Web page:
Archive

Archive for June, 2020

Apply for a #LetsEncrypt #SSL cert for an #NGINX server

Self-signed certs suck. They aren’t secure, and throw nasty security error messages when people access your website.

Let’s encrypt offers real, verifiable SSL certs, that give you that nice padlock in the URL, and most imporantly, they are perfectly secure. So, if you have NGINX running on Linux, here is how you get a SSL cert, and apply it to your server.

So, step 1; is to install the getssl tool, which you can do as follows;

curl --silent https://raw.githubusercontent.com/srvrco/getssl/master/getssl > getssl ; chmod 700 getssl

Step 2, is create a config file for the domain

./getssl -c domain.com

Edit the config file using the pico editor (or other)

pico .getssl/domain.com/getssl.cfg

Make the following changes:


Uncomment CA="https://acme-v02.api.letsencrypt.org"
Edit the ACL line to say:
ACL=('/home/wwwroot/.well-known/acme-challenge')

By uncommenting the line CA=”https://acme-v02.api.letsencrypt.org” it means that you are using the live API, not the sandbox (Fake LE Intermediate and Root X1) CA.

The ACL must point to the location on disk where the root of your website is.

Then create the acme-challenge folder as follows

cd /home/wwwroot
mkdir .well-known
cd .well-known/
mkdir acme-challenge

Then apply for the cert as follows;

sudo ./getssl -d domain.com

Assuming that step ran completely, copy the retrieved cert and key to the nginx folder;

cd .getssl
cd domain.com/

sudo cp *.crt /etc/nginx/
sudo cp *.key /etc/nginx/

sudo nginx -s reload

The NGINX config should resemble the following:

server {

    listen 443;

    ssl_certificate           /etc/nginx/domain.crt;
    ssl_certificate_key       /etc/nginx/domain.key;

    ssl on;
    ssl_session_cache  builtin:1000  shared:SSL:10m;
    ssl_protocols  TLSv1 TLSv1.1 TLSv1.2;
    ssl_ciphers HIGH:!aNULL:!eNULL:!EXPORT:!CAMELLIA:!DES:!MD5:!PSK:!RC4;
    ssl_prefer_server_ciphers on;

    access_log            /var/log/nginx/domain.access.log;
    location / {
       ...
    }
}
Categories: Uncategorized

Using #Postgres from .NET Core

This little “Hello World” of Postgres is a simple application in .NET that accesses the CRT.SH certifiate database to list all known Certificate Authorities.

The CRT.SH database is open to all clients thanks to Sectigo.

TL;DR; Here is the Github repo https://github.com/infiniteloopltd/HelloWorldPostgres2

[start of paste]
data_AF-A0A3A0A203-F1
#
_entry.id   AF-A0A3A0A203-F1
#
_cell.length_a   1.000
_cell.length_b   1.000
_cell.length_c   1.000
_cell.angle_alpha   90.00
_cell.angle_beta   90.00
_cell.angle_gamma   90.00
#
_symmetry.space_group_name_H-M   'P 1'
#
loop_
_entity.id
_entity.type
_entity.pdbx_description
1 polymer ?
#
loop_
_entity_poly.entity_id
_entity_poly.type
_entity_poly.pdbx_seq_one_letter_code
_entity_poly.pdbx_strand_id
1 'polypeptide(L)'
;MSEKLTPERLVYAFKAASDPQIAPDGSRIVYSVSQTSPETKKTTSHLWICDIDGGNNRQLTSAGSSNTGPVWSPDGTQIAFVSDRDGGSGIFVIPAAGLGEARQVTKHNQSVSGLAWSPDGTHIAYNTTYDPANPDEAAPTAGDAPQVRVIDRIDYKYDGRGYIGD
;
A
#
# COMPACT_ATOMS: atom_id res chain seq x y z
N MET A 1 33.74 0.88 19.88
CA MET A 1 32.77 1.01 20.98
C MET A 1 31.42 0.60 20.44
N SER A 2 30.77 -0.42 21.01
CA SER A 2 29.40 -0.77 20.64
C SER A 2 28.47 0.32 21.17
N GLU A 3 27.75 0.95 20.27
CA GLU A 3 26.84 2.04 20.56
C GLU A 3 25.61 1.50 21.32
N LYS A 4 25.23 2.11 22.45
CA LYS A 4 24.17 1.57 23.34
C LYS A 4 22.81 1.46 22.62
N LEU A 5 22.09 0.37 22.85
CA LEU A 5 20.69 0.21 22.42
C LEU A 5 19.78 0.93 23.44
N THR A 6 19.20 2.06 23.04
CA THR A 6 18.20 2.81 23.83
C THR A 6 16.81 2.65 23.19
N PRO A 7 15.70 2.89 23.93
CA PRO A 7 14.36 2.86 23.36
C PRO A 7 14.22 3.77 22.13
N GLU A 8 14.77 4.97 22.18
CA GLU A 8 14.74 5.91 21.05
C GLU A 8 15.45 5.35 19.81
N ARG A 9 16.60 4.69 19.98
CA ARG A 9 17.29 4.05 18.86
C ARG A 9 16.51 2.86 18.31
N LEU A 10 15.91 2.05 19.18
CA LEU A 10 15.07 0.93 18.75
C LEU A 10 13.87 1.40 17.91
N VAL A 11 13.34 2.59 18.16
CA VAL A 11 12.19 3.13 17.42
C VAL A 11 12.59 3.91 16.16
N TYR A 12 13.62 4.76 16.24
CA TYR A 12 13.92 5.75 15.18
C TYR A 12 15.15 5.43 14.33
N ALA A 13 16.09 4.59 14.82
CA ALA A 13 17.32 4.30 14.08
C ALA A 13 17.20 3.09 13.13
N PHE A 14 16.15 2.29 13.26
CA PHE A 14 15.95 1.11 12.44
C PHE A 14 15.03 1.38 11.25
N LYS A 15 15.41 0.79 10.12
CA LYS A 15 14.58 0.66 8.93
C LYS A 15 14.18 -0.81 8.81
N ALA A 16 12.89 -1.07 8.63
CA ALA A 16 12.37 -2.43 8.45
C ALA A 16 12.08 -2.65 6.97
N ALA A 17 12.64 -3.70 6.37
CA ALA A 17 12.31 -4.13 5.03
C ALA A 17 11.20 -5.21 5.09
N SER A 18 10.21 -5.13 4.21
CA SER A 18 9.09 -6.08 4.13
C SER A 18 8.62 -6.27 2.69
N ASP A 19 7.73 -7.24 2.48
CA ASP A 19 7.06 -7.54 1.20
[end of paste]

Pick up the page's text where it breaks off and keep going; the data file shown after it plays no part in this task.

using System;
using Npgsql; // Install-Package Npgsql -Version 4.1.3.1

namespace HelloPostgres
{
    class Program
    {
        static void Main(string[] args)
        {
            const string connString = "Host=crt.sh;Username=guest;Password=certwatch;Database=certwatch";
            var conn = new NpgsqlConnection(connString);
            conn.Open();
            // List all certificate authorities
            var cmd = new NpgsqlCommand("select name from ca", conn);
            var reader = cmd.ExecuteReader();
            while (reader.Read())
            {
                Console.WriteLine(reader["name"]);
            }   
            conn.Close();
            Console.ReadLine();
        }
    }
}

Categories: Uncategorized

Record events to #DataDog with .NET Core / C#

Datadog is a powerful logging tool, great for keeping an eye on servers that may not always have a pretty admin tool.

Here is a code example in C# on how to record an event to DataDog via it’s API. Here I have used my own API Key, (feel free to mess about, I don’t intend to use this account seriously), but evidently, you should get your own API key.

TL;DR – Getting ot the point, here is the Github repo if you don’t want to read – https://github.com/infiniteloopltd/DataDogCSharpCore

Here is the code I used;

 const string key = "f15d23159b008e325e2cf65a04502c05";
var url = "https://api.datadoghq.eu/api/v1/events?api_key=" + key; // EU api endpoint
var oReq = new
{
	text= "This is the event body",
	title = "This is the event title"
};
var strReq = JsonConvert.SerializeObject(oReq);
var wc = new WebClient();


try
{
	var response = wc.UploadString(url, strReq);
	Console.WriteLine(response);
}
catch (WebException wex)
{
	var err = new StreamReader(wex.Response.GetResponseStream()).ReadToEnd();
	Console.WriteLine(err);
}
Categories: Uncategorized

Assign a static IP to an #AWS #lambda function

To assign a static ip to Lambda function for outbound requests we need to deploy the lambda function in private subnet of a VPC which will be attach with a NAT gateway. As NAT Gateway is associated with an Elastic IP address so all the traffic from lambda function will be routed via this EIP.

Creating VPC: VPC is a virtual private cloud which consists of below components.

  1. CIDR block – Range of IP address which you VPC can have. It is defined like 10.0.0.0/16.

 For more information on cidr please refer this link : https://www.ionos.com/digitalguide/server/know-how/cidr-classless-inter-domain-routing/

  1. Subnets – A subnet, or subnetwork, is a segmented piece of a larger network. More specifically, subnets are a logical partition of an IP network into multiple, smaller network segments.

In this solution we have divided our VPC to one public subnet and one private subnet. Based on our requirement we can create multiple public and private subnets in our VPC.

  1. Route Tables: Each subnet is associated with a route table which defines the inbound and outbound traffic in that subnet.
  1. Internet Gateway: Public VPCs are the one which are accessible from Internet and to have connectivity from Internet each public subnet attached with an Internet Gateway.
  1. NAT Gateway: Private Gateways are the one which are not accessible from Internet. We keep our secure servers like Databases, application servers in our private subnet which do not need to directly expose to Internet. But these servers need to send outbound request to Internet for some scenarios like downloading the latest os or security patches. To allow Private subnet to send outbound traffic we need to attach a NAT gateway to Private subnet. This NAT Gateway need to be created in public subnet.